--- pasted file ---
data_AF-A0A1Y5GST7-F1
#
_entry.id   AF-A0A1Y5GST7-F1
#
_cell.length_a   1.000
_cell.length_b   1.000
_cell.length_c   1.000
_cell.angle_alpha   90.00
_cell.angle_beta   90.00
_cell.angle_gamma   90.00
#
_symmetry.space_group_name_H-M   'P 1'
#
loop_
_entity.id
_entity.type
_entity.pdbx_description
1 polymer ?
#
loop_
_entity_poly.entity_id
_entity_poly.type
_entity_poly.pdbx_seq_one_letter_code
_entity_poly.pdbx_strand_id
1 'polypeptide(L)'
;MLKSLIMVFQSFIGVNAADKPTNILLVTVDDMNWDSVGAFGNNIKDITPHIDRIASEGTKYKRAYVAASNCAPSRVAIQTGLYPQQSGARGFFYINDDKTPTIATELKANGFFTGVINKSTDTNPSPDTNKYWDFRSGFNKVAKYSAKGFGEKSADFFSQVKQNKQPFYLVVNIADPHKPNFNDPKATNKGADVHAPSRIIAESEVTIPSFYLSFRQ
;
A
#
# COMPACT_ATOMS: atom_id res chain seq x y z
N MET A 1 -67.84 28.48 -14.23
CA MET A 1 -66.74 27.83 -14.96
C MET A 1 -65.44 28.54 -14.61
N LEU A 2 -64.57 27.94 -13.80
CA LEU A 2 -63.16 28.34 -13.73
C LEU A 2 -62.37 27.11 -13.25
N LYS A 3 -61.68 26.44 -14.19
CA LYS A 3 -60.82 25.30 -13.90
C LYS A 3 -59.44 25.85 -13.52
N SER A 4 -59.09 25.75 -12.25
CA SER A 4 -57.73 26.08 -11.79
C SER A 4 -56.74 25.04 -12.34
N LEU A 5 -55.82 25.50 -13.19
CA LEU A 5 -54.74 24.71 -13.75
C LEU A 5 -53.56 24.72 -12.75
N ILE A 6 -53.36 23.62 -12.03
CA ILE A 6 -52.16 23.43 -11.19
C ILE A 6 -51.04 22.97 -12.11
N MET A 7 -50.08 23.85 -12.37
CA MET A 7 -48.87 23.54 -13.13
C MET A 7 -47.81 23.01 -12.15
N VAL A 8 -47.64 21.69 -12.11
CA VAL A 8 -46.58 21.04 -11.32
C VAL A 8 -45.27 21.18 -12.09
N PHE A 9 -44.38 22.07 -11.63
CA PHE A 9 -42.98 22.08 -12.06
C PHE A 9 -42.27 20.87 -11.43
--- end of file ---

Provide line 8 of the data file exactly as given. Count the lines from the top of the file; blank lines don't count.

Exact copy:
_cell.angle_alpha   90.00